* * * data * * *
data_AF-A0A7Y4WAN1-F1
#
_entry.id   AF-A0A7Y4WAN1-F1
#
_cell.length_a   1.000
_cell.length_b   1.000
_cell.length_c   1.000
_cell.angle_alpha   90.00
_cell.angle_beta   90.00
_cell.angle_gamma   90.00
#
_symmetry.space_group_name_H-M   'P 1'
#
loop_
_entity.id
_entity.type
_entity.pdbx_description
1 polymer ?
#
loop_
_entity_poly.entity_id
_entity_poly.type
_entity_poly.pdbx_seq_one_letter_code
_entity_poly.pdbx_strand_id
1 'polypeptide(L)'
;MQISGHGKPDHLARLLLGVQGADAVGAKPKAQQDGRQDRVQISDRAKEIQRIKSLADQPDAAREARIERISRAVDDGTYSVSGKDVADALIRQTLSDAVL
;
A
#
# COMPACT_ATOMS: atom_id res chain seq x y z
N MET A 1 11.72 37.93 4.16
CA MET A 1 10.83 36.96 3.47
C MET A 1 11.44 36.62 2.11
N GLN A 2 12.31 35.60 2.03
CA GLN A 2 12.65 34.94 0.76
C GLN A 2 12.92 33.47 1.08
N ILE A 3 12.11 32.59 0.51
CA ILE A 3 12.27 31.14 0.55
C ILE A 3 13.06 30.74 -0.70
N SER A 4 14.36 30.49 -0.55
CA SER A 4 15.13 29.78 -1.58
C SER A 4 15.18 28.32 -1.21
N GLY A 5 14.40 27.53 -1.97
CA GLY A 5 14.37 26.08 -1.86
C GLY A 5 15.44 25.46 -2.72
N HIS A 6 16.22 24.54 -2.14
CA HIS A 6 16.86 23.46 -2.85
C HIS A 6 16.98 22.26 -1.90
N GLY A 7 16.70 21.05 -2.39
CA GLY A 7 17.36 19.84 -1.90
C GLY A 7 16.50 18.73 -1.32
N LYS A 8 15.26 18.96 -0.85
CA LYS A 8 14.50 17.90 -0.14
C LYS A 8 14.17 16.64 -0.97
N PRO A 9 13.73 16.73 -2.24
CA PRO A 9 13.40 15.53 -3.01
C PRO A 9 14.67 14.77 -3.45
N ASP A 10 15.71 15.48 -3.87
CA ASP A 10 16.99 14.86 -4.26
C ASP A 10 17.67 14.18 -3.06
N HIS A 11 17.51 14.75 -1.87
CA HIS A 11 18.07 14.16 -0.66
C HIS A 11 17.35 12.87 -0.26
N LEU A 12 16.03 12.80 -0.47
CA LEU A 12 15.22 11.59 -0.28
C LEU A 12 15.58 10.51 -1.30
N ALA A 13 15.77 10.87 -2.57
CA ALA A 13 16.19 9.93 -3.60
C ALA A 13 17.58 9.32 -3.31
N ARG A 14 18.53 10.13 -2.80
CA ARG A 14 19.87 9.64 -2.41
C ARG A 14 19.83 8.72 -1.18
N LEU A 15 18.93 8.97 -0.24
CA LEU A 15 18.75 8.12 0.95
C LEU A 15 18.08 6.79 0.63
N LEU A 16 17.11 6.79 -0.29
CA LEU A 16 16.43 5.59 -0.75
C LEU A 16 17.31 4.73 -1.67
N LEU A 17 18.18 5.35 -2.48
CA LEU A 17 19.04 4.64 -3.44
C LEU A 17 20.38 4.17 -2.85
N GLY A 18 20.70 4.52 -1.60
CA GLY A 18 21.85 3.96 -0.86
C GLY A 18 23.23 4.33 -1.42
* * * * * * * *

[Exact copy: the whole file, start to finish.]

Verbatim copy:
data_AF-A0A7Y4WAN1-F1
#
_entry.id   AF-A0A7Y4WAN1-F1
#
_cell.length_a   1.000
_cell.length_b   1.000
_cell.length_c   1.000
_cell.angle_alpha   90.00
_cell.angle_beta   90.00
_cell.angle_gamma   90.00
#
_symmetry.space_group_name_H-M   'P 1'
#
loop_
_entity.id
_entity.type
_entity.pdbx_description
1 polymer ?
#
loop_
_entity_poly.entity_id
_entity_poly.type
_entity_poly.pdbx_seq_one_letter_code
_entity_poly.pdbx_strand_id
1 'polypeptide(L)'
;MQISGHGKPDHLARLLLGVQGADAVGAKPKAQQDGRQDRVQISDRAKEIQRIKSLADQPDAAREARIERISRAVDDGTYSVSGKDVADALIRQTLSDAVL
;
A
#
# COMPACT_ATOMS: atom_id res chain seq x y z
N MET A 1 11.72 37.93 4.16
CA MET A 1 10.83 36.96 3.47
C MET A 1 11.44 36.62 2.11
N GLN A 2 12.31 35.60 2.03
CA GLN A 2 12.65 34.94 0.76
C GLN A 2 12.92 33.47 1.08
N ILE A 3 12.11 32.59 0.51
CA ILE A 3 12.27 31.14 0.55
C ILE A 3 13.06 30.74 -0.70
N SER A 4 14.36 30.49 -0.55
CA SER A 4 15.13 29.78 -1.58
C SER A 4 15.18 28.32 -1.21
N GLY A 5 14.40 27.53 -1.97
CA GLY A 5 14.37 26.08 -1.86
C GLY A 5 15.44 25.46 -2.72
N HIS A 6 16.22 24.54 -2.14
CA HIS A 6 16.86 23.46 -2.85
C HIS A 6 16.98 22.26 -1.90
N GLY A 7 16.70 21.05 -2.39
CA GLY A 7 17.36 19.84 -1.90
C GLY A 7 16.50 18.73 -1.32
N LYS A 8 15.26 18.96 -0.85
CA LYS A 8 14.50 17.90 -0.14
C LYS A 8 14.17 16.64 -0.97
N PRO A 9 13.73 16.73 -2.24
CA PRO A 9 13.40 15.53 -3.01
C PRO A 9 14.67 14.77 -3.45
N ASP A 10 15.71 15.48 -3.87
CA ASP A 10 16.99 14.86 -4.26
C ASP A 10 17.67 14.18 -3.06
N HIS A 11 17.51 14.75 -1.87
CA HIS A 11 18.07 14.16 -0.66
C HIS A 11 17.35 12.87 -0.26
N LEU A 12 16.03 12.80 -0.47
CA LEU A 12 15.22 11.59 -0.28
C LEU A 12 15.58 10.51 -1.30
N ALA A 13 15.77 10.87 -2.57
CA ALA A 13 16.19 9.93 -3.60
C ALA A 13 17.58 9.32 -3.31
N ARG A 14 18.53 10.13 -2.80
CA ARG A 14 19.87 9.64 -2.41
C ARG A 14 19.83 8.72 -1.18
N LEU A 15 18.93 8.97 -0.24
CA LEU A 15 18.75 8.12 0.95
C LEU A 15 18.08 6.79 0.63
N LEU A 16 17.11 6.79 -0.29
CA LEU A 16 16.43 5.59 -0.75
C LEU A 16 17.31 4.73 -1.67
N LEU A 17 18.18 5.35 -2.48
CA LEU A 17 19.04 4.64 -3.44
C LEU A 17 20.38 4.17 -2.85
N GLY A 18 20.70 4.52 -1.60
CA GLY A 18 21.85 3.96 -0.86
C GLY A 18 23.23 4.33 -1.42